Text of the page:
Now projected FY 2018 revenues are about $40 million better than first predicted due to an improving coal market and a $33 million transfer from general revenues to the Workers Compensation Fund that won’t be made. But the remainder of the budget shortfall hasn’t disappeared. How the shortfall will be closed is the subject of a House and Senate conference committee meeting today. So far, the fiscal and political stress created by the shortfall has caused Governor Justice and quite a few legislators to behave as if any idea – even a demonstrably bad one – is better than nothing.

June 12 is the sixteenth day of a special session devoted to this project. The extension to allow the conference committee to meet expires on June 13 and if a solution is not reached immediately the tax reform effort may be abandoned entirely. The two opposing camps are the Governor and Senate Republicans — who want to reduce income taxes — and nearly the entire House who want to raise sales tax rates and coverage without reducing income taxes.

Neither approach is progressive. Sales taxes hurt lower and middle income citizens who have no choice but to spend almost all of their income on taxed items. Because income taxes are generally paid more heavily by wealthier citizens, the proposed income tax reductions coupled with the sales tax increases would result in an overall tax decrease for the wealthy but an overall tax increase for lower and middle income taxpayers. According to the West Virginia Center on Budget and Policy, the plan lowers taxes on the top 20% of West Virginia households and increases taxes on the remaining 80 percent of households.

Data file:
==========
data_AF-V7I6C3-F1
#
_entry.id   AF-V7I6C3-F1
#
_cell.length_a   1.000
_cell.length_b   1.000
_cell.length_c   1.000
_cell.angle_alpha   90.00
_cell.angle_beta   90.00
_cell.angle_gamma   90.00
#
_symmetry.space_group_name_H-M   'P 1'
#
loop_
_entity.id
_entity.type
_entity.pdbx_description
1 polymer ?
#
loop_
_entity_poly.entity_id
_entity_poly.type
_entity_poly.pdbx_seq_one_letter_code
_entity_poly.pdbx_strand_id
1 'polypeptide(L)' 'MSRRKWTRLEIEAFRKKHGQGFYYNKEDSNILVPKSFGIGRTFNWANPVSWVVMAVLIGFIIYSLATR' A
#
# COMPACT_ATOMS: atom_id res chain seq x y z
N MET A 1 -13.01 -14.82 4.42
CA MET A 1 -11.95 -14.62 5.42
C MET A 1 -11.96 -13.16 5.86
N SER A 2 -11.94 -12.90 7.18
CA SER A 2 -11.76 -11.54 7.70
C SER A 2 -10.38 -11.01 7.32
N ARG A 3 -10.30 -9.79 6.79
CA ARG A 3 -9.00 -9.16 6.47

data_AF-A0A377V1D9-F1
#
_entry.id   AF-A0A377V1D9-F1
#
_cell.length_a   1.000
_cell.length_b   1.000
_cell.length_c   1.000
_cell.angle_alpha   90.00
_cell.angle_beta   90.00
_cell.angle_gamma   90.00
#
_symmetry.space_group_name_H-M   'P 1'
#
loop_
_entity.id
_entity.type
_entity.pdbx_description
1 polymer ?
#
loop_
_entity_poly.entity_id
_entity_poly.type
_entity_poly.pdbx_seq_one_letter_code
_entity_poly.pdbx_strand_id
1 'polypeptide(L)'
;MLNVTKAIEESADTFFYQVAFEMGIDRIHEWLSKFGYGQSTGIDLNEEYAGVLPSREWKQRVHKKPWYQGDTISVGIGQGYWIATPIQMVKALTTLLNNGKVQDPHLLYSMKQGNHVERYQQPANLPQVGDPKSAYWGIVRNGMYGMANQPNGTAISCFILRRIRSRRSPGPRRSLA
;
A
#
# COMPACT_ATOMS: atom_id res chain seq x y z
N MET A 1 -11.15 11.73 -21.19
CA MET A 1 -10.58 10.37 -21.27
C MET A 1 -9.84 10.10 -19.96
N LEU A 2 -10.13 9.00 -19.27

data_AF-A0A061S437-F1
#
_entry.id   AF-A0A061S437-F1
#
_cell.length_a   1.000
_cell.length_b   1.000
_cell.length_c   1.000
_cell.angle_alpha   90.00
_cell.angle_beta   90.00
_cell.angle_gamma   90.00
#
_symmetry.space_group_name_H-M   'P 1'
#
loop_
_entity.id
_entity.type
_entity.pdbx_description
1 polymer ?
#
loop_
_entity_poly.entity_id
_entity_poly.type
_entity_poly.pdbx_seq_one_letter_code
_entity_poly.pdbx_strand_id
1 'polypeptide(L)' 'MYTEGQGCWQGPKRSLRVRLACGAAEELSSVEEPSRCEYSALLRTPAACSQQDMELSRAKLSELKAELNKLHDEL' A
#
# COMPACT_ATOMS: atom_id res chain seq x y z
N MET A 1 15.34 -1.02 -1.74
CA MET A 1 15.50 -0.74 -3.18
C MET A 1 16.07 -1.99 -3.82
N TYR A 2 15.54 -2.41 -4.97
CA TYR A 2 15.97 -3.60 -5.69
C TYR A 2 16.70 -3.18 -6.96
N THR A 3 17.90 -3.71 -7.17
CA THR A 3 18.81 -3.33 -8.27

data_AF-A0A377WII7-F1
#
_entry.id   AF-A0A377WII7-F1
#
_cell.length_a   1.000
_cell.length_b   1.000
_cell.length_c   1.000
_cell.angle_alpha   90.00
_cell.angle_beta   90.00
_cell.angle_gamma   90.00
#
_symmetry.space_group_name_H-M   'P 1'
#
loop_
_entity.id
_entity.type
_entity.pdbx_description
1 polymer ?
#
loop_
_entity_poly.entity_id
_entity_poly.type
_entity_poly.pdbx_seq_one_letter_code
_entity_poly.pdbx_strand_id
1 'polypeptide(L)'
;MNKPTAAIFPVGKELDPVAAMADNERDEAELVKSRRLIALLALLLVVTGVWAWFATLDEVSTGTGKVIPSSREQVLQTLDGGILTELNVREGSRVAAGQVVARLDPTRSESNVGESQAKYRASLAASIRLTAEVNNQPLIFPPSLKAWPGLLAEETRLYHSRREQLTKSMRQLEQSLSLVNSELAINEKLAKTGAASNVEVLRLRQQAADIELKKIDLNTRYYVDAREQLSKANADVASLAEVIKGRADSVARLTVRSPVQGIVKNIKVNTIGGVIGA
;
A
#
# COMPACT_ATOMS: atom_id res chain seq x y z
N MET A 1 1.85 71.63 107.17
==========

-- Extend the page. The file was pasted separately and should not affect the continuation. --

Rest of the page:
Nevertheless, a sales tax increase seems likely to be in any budget deal. But it is uncertain what the new rate will be. The conference committee is now considering an increase from 6% to 6.5%. Whatever higher rate is chosen, it would be applied to previously untaxed items such as telecommunications services, digital goods, electronic data processing services and health fitness memberships. The 6.5% rate is projected to raise $96 million in FY 2018 and $106 million in FY 2019.

Beyond that, the thinking of the Governor and the Senate Republicans has come unmoored. They want to reduce income taxes by 7% in FY 2018 and in similar amounts staged over coming years. What should trigger these further reductions has been the difficult issue. Senate Republicans have only agreed to this “modest” series of reductions in income tax because opposition to their original proposal was fierce. An income tax reduction is the brain child of Sen. Robert Karnes (R, Upshur), a conservative ideologue, who headed the Senate Select Subcommittee on Tax Reform. You may wonder how a reduction in income tax collections will close the budget gap?